Ferrari, McLaren lobby Merc over F1 future

The meeting in Canada between just some of the members of the F1 Strategy Group has certainly raised eyebrows—namely from Force India and Williams both of which are on members but not present at the meeting. Some innuendos that the two had requested that Mercedes represent their concerns in that meeting were denied by both teams.

The divide between teams on the notion of customer cars has ranged from the thought that it would be required of the big teams if the smaller teams failed to remain in F1 to the idea that the big teams are simply trying to take over F1 and shove the small teams out. The suggestion is that this was topic during that meeting.

The reports this week seem to be centering on the idea of engine development for 2016. If, and that’s a big “if”, the engine format is to change in 2017, then getting the parity closer for the final year of the current regulation would be a talking point. The request is to allow Renault, Ferrari and Honda to continue developing their engines through the next season expanding the current loophole in the technical regulations.

What could be the hang up? Well, Mercedes and their domination for one. Would Mercedes be willing to open the development rules up for the betterment of the sport potentially losing their domination? According to McLaren racing director, Eric Boullier, they may be:


“It’s all about negotiating,” added Boullier.

“They are willing to listen, to be honest. They are already, and having talked to Toto and Niki they are concerned about Formula 1 itself.

“I’m sure there is some room for change.

“You just need to look at the whole picture.”


The teams are facing a deficit and it is an interesting issue as this wasn’t allowed when Red Bull or Ferrari were dominant but it would be prudent to keep in mind that those eras were not engine-reliant so much as aero-reliant. The engines were frozen and very comparative in performance output as the technical regulations had been stable for several years. Some argue that will eventually be the case with these new hybrid power units given time. Regardless, Formula 1 is an engine formula these days.

Ferrari’s Marchionne weighs in

Some of the more interesting comments this week came from Ferrari’s boss, Sergio Marchionne, when he suggested that the big teams need to think of the sport and not themselves. He couched that comment with offering mea culpa on Ferrari’s part in the play:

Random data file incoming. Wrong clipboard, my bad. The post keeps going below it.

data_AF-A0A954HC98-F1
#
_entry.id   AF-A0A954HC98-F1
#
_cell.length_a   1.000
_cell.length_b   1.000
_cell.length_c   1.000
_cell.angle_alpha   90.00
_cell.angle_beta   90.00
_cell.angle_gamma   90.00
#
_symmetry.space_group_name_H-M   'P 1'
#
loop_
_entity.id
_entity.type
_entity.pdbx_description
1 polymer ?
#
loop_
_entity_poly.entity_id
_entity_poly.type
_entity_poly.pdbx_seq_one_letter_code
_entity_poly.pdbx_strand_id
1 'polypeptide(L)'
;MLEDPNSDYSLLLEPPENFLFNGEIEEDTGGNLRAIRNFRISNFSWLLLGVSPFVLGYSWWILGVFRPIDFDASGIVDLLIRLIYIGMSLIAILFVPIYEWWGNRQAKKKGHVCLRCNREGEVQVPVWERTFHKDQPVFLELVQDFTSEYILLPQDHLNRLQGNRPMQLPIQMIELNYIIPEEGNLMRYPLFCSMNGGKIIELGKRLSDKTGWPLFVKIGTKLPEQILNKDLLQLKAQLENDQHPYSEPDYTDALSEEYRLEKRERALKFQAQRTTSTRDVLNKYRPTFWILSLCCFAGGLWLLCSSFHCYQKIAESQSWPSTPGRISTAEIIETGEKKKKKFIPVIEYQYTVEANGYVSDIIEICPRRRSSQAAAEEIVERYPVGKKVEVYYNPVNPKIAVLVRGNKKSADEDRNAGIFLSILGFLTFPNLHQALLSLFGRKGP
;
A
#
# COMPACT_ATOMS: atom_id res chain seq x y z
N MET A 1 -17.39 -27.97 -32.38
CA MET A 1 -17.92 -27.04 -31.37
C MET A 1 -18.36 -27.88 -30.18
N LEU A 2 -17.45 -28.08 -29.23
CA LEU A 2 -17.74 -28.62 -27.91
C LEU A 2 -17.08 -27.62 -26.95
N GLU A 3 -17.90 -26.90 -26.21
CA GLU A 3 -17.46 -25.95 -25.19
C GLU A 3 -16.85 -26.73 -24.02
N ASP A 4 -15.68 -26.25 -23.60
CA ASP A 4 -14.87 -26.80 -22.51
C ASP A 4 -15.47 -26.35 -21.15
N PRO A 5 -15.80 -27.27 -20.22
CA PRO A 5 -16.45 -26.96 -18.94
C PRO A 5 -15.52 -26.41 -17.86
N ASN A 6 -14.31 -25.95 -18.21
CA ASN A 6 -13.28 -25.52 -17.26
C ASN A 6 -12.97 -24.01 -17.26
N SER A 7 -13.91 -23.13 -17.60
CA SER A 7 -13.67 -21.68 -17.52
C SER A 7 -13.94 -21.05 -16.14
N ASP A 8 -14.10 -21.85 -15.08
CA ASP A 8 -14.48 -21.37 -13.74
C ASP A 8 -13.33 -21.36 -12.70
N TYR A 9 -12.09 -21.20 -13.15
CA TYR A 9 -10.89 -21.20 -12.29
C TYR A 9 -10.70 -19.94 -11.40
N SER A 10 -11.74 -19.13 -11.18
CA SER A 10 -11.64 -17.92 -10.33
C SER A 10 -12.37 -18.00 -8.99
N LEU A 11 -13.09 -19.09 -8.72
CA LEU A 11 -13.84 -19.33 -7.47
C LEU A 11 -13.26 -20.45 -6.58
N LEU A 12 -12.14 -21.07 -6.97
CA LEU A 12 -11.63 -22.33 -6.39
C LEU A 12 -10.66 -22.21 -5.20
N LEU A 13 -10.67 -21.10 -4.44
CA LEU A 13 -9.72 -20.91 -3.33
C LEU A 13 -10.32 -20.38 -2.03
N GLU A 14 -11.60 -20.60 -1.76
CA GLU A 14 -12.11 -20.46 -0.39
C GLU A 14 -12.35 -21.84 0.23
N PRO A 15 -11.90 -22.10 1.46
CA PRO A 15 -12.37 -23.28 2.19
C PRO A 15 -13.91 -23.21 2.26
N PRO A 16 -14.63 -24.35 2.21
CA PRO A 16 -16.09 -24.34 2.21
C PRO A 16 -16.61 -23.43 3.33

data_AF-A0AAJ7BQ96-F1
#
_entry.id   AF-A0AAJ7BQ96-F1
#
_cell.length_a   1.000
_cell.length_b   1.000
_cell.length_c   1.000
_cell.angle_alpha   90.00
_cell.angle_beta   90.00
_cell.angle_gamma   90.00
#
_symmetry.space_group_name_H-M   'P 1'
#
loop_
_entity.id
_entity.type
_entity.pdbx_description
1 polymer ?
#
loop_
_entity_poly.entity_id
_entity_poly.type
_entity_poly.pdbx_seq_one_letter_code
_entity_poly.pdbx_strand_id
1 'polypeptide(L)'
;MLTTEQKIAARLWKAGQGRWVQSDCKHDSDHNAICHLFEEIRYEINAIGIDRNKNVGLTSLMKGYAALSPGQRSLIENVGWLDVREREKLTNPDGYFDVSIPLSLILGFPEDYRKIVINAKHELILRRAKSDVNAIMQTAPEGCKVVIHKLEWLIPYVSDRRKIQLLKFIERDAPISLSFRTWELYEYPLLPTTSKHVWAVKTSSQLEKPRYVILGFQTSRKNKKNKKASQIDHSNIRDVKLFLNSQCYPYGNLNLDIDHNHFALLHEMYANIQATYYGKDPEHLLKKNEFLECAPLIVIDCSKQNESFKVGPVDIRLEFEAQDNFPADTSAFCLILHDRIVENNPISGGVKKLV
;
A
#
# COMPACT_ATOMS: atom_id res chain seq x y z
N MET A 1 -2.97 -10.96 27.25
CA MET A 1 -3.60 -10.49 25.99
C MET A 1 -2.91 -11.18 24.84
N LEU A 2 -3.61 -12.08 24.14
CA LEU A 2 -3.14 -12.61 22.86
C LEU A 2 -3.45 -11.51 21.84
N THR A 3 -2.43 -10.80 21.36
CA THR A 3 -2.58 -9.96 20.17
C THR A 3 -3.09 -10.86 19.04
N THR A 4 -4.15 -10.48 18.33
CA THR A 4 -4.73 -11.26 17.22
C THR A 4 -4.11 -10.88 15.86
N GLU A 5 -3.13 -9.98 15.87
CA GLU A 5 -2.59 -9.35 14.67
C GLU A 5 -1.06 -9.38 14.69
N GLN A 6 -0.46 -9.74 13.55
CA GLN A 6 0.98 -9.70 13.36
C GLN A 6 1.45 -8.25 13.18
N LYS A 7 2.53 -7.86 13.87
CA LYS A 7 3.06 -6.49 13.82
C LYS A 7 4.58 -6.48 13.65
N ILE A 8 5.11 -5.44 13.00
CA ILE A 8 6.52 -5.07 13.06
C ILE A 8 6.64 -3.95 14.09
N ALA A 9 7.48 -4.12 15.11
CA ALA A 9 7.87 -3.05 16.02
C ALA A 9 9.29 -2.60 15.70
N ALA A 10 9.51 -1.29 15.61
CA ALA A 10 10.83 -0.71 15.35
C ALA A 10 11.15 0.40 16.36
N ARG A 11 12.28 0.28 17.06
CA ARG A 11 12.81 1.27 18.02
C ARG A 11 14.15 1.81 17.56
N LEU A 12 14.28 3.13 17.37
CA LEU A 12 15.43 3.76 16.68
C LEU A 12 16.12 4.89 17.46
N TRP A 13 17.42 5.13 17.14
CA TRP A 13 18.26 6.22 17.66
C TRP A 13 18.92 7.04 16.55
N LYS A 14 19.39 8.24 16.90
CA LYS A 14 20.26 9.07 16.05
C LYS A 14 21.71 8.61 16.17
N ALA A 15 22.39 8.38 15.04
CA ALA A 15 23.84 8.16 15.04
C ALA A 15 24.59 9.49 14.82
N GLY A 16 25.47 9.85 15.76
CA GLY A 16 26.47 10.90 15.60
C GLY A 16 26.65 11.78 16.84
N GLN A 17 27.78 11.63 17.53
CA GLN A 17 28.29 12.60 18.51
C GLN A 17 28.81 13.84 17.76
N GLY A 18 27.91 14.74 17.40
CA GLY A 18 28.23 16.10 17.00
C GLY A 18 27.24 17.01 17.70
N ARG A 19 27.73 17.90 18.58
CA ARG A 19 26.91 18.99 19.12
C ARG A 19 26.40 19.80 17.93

“This sport, the rules and the way they’ve been constructed are the result of a variety of attempts by people who have either been in leading positions, or near leading positions in particular seasons, to try to protect their competitive positions,” he said.

“Ferrari is as guilty of that as Mercedes is now. I understand it because we would have done the same thing had we been in that position.

“But is it the right thing for the sport? Probably not.”


Marchionne suggests that Mercedes may want to lock the rules—which would favor their current performance advantage—but he reminds them that nothing lasts forever and that success is fleeting in Formula 1…using Ferrari as an example.

In all, the sport is facing serious politics at the moment and as we mentioned 24 or so months ago, the sport would be heading into serious political turmoil with these regulations and the future of the sport. Marchionne is right about the regulations being influenced by those in winning form and this brings us back to F1 boss, Bernie Ecclestone’s, comments about the FIA and FOM needing to simply make the decisions while the teams can like it or leave.

Tough times in F1 and perhaps more difficult will be facing what we are left with after the F1 strategy group renders a decision on where the sport is heading in the future.


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Paul KieferJr

You don’t want the foxes to guard the henhouse anyway. So it should be in Formula 1.


Considering how ferrari is represented in the sport’s administration, how they benefit from the revenue regardless of performance, and the sheer span of MSchu’s domination, I’d move that they are much MORE guilty, but its still a very nice gesture by Mr.Marchionne. The rules will need to be changed if we dont want to lose a third of the big teams in the next few years. But mark my words: Ferrari or Red Bull’s next championships will be marked with a big fat red asterisk if it took bitching about the rules after only a year and a half of… Read more »